> +	 */
> +	i = (sb.sb_agcount / 2) - 500;
> +	off = (xfs_off_t)sb.sb_agblocks * i;
> +	off = (xfs_off_t)sb.sb_agblocks * ((sb.sb_agcount / 2) - 500);

Looks like a couple lines of dead code there.

Brian

> +	end = off + 1000 * sb.sb_agblocks;
> +	while (off < end) {
> +		if (pwrite(xi->dfd, buf, new_sb->sb_sectsize,
> +					off << sb.sb_blocklog) == -1)
> +			break;
>  		off += sb.sb_agblocks;
> +	}
> +
> +	/*
> +	 * Trash the last 1000 AGs of the old fs
> +	 */
> +	off = (xfs_off_t)sb.sb_agblocks * (sb.sb_agcount - 1000);
> +	end = sb.sb_dblocks;
> +	while (off < end) {
>  		if (pwrite(xi->dfd, buf, new_sb->sb_sectsize,
>  					off << sb.sb_blocklog) == -1)
>  			break;
> +		off += sb.sb_agblocks;
>  	}
> +
>  done:
>  	free(buf);
>  }
> -- 
> 2.17.0
>
Dave Chinner Sept. 7, 2018, 12:04 a.m. UTC | #2
On Thu, Sep 06, 2018 at 09:31:08AM -0400, Brian Foster wrote:
> On Wed, Sep 05, 2018 at 06:19:29PM +1000, Dave Chinner wrote:
....
> > @@ -1220,15 +1221,68 @@ zero_old_xfs_structures(
> >  
> >  	/*
> >  	 * block size and basic geometry seems alright, zero the secondaries.
> > +	 *
> > +	 * Don't be insane when it comes to overwriting really large filesystems
> > +	 * as it could take millions of IOs to zero every secondary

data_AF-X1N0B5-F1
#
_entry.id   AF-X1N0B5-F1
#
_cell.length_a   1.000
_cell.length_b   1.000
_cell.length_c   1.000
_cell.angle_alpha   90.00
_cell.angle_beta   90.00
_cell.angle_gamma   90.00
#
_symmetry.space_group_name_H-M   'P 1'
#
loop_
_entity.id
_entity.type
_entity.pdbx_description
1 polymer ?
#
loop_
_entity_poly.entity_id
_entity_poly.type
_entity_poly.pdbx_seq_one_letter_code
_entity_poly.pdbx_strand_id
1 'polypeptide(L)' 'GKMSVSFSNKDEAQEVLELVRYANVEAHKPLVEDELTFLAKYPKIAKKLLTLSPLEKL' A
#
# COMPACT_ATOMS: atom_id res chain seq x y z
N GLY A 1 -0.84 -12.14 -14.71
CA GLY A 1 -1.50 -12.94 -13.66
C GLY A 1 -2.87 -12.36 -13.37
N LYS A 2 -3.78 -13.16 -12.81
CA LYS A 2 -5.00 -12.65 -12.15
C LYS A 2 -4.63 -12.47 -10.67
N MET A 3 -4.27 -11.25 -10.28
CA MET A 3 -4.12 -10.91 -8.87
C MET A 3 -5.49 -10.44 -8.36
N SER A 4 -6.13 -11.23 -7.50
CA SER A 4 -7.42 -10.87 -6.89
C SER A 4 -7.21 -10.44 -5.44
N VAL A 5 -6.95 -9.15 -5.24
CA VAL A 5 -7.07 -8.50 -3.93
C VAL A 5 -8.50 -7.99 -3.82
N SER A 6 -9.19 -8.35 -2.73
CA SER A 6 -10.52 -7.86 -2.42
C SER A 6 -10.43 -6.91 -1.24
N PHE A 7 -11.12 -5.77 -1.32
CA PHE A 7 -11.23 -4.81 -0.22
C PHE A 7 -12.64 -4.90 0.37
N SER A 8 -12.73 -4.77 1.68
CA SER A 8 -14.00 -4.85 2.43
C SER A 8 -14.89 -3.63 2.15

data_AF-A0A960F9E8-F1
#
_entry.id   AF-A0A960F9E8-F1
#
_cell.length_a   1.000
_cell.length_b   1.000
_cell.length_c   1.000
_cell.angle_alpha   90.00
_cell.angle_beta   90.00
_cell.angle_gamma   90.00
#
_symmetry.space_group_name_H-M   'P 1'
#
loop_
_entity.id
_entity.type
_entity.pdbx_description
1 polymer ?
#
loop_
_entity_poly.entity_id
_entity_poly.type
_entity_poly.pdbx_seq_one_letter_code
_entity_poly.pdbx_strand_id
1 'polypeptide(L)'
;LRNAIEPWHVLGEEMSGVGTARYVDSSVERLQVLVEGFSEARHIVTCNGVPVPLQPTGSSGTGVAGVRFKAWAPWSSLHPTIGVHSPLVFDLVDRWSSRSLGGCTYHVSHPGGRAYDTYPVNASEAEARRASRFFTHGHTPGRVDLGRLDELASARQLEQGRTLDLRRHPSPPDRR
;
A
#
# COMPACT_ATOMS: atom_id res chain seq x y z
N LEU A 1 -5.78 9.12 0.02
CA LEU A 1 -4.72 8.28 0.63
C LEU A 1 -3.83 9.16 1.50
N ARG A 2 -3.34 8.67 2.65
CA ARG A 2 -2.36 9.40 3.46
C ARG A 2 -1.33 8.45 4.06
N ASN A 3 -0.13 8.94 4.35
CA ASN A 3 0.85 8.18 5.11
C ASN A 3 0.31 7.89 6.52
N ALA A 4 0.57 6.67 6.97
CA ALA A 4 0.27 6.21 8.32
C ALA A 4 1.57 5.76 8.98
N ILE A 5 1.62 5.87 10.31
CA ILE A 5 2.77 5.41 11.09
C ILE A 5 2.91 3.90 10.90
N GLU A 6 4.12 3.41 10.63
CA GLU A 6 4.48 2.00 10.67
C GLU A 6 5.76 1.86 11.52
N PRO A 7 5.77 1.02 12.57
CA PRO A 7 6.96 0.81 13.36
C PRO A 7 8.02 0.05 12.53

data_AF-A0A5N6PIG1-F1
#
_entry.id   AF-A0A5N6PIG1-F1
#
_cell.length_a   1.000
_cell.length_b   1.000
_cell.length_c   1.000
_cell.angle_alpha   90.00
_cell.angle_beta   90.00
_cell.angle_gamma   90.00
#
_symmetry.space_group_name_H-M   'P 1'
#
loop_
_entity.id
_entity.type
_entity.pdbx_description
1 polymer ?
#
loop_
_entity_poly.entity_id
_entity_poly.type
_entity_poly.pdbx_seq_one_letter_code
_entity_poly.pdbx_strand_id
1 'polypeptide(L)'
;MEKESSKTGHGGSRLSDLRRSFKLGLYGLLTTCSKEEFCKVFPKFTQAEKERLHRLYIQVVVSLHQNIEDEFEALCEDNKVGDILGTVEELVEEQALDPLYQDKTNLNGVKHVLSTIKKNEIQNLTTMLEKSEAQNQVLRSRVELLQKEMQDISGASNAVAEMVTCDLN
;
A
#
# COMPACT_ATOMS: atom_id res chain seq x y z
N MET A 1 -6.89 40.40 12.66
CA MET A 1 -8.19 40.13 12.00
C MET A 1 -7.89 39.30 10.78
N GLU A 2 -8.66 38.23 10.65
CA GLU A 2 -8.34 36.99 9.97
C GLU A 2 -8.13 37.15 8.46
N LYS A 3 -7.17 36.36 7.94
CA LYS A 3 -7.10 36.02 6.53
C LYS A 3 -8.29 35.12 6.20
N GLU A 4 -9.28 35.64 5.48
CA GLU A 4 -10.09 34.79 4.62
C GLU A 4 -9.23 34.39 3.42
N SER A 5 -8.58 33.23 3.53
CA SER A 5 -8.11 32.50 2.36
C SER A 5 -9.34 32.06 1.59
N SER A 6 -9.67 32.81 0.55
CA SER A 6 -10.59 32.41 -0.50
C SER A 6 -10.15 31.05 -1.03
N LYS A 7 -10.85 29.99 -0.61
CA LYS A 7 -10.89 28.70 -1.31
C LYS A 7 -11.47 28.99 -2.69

> > +	 * superblock. If we are remaking a huge filesystem, then do the
> > +	 * zeroing, but if we are replacing it with a small one (typically done
> > +	 * in test environments, limit the zeroing to:
> > +	 *
> > +	 *	- around the range of the new filesystem
> > +	 *	- the middle of the old filesystem
> > +	 *	- the end of the old filesystem
> > +	 *
> > +	 * Killing the middle and end of the old filesystem will prevent repair
> > +	 * from finding it with it's fast secondary sb scan algorithm. The slow
> > +	 * scan algorithm will then confirm the small filesystem geometry by
> > +	 * brute force scans.
> >  	 */
> >  	memset(buf, 0, new_sb->sb_sectsize);
> > +
> > +	/* this carefully avoids integer overflows */
> > +	end = sb.sb_dblocks;
> > +	if (sb.sb_agcount > 10000 &&
> > +	    new_sb->sb_dblocks < end / 10)
> > +		end = new_sb->sb_dblocks * 10;
> 
> ... but what's with the 10k agcount cutoff? Just a number out of a hat
> to demonstrate the improvement..?

yeah, I pulled it from a hat, but mainly so it only triggers the new
"partial zeroing" code on really large devices that had a large
filesystem and now we're making a much smaller filesystem on it.

There's no real reason for it except for the fact I haven't done the
verification needed to make this the default behaviour (hence the
RFCRAP status :).

> Given that you've done the work to rough in an AIO buffered write
> mechanism for mkfs, have you considered whether we can find a way to
> apply that mechanism here?

It would have be another AIO context because this loop doesn't
use xfs_bufs.

> I'm guessing that the result of using AIO
> wouldn't be quite as impressive of not doing I/O at all, but as you've
> already noted, this algorithmic optimization is more targeted at test
> environments than production ones. The AIO approach sounds like it could